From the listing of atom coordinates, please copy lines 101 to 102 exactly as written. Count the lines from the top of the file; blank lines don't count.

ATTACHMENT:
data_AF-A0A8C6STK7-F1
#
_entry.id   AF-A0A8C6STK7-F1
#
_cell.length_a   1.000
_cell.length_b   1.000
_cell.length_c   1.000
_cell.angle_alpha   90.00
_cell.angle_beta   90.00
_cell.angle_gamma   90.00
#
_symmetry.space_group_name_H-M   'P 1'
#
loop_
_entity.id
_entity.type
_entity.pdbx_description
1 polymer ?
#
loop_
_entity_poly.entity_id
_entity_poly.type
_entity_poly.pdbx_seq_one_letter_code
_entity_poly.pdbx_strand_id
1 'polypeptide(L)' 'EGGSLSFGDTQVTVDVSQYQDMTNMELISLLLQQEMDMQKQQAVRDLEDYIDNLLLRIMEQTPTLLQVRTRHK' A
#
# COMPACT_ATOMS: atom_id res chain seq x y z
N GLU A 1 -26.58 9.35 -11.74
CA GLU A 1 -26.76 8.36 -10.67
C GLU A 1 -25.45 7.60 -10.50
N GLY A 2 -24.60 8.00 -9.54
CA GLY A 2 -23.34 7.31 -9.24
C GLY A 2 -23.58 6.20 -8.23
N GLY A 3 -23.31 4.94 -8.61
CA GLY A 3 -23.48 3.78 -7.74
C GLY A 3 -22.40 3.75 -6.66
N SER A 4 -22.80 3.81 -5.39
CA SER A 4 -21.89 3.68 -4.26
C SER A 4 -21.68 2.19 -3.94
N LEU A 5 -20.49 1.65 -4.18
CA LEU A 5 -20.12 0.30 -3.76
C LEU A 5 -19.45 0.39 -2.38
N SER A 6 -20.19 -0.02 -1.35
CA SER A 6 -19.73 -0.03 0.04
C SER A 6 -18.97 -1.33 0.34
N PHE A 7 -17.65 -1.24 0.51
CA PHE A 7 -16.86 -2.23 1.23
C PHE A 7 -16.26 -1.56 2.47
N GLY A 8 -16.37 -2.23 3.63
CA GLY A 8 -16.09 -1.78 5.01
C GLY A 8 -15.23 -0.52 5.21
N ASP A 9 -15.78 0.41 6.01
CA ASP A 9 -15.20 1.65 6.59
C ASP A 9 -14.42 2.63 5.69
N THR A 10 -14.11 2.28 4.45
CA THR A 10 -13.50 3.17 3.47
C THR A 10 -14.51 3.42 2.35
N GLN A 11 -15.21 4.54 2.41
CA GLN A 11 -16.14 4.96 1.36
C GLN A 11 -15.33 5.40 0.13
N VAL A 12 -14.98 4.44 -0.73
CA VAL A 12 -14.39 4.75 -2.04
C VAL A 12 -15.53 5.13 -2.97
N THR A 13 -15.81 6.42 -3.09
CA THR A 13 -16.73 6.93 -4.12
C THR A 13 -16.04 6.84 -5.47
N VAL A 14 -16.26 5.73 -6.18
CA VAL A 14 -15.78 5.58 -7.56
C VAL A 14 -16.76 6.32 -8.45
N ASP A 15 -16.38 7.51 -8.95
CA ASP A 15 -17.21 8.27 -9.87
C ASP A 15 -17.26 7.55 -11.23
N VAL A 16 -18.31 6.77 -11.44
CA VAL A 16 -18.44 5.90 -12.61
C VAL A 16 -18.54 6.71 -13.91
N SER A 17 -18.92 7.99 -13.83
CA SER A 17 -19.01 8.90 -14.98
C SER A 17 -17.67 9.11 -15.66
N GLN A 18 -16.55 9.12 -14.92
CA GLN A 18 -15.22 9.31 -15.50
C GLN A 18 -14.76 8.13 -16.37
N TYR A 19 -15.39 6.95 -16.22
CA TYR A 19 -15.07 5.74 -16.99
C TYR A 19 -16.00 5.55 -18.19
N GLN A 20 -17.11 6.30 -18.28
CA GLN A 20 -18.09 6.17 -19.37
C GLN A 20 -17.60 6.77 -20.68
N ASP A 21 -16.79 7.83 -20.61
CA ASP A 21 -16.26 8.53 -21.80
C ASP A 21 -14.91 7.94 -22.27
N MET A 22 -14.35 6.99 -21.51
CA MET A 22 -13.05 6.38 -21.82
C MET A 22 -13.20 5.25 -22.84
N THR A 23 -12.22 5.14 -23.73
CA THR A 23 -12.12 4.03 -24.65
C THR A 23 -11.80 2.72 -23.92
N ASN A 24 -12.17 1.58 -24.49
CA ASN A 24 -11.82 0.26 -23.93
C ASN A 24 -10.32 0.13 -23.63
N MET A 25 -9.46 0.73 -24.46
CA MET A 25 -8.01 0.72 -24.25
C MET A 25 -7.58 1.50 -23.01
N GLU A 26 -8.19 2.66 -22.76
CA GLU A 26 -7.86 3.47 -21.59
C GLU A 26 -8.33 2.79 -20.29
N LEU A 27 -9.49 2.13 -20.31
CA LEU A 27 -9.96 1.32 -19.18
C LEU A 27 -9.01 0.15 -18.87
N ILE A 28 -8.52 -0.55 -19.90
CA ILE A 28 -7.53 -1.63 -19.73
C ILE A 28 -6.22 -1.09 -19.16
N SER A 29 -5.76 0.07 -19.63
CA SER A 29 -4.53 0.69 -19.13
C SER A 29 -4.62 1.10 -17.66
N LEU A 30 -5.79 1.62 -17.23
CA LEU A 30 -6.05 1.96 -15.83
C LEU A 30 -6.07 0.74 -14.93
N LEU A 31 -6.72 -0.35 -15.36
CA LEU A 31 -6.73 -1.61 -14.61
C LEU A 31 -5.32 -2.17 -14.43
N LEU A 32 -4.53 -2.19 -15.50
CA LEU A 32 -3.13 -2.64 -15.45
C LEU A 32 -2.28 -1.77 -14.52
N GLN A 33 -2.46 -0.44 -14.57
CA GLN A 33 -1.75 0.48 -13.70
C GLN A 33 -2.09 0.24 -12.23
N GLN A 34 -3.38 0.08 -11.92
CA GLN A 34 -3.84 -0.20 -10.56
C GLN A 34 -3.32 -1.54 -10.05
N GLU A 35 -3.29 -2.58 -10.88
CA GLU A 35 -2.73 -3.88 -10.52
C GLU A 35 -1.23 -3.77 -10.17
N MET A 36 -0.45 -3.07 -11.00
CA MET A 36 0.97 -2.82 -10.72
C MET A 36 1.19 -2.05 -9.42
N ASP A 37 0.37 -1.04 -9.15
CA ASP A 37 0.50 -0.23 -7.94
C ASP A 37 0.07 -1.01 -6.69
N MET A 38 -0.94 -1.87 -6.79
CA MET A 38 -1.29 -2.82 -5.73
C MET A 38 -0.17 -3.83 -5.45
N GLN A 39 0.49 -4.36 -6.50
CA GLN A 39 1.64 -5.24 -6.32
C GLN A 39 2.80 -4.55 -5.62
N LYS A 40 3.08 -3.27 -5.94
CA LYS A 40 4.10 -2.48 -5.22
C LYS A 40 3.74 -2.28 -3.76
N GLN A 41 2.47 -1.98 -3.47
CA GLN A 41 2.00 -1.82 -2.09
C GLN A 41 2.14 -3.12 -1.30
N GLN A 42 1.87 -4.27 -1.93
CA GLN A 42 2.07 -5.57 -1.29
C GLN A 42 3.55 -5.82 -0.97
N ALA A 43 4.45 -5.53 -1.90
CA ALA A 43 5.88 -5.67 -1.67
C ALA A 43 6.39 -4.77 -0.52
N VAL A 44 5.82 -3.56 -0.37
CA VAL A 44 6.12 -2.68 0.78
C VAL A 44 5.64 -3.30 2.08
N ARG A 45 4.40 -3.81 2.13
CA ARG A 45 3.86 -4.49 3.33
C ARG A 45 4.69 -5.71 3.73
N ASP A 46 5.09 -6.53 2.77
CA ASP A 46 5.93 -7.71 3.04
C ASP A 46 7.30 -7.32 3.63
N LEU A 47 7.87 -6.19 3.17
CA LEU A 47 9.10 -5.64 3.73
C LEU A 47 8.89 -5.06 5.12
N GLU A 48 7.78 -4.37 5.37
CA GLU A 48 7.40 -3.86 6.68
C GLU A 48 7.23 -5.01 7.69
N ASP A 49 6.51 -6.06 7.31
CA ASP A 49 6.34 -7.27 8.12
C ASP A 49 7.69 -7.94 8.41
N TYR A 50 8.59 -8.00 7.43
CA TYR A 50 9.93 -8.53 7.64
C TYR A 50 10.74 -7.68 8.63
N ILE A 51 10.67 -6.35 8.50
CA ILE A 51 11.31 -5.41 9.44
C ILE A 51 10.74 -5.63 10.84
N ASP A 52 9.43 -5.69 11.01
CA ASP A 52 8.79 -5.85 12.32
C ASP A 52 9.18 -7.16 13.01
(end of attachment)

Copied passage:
CA MET A 25 -8.01 0.72 -24.25
C MET A 25 -7.58 1.50 -23.01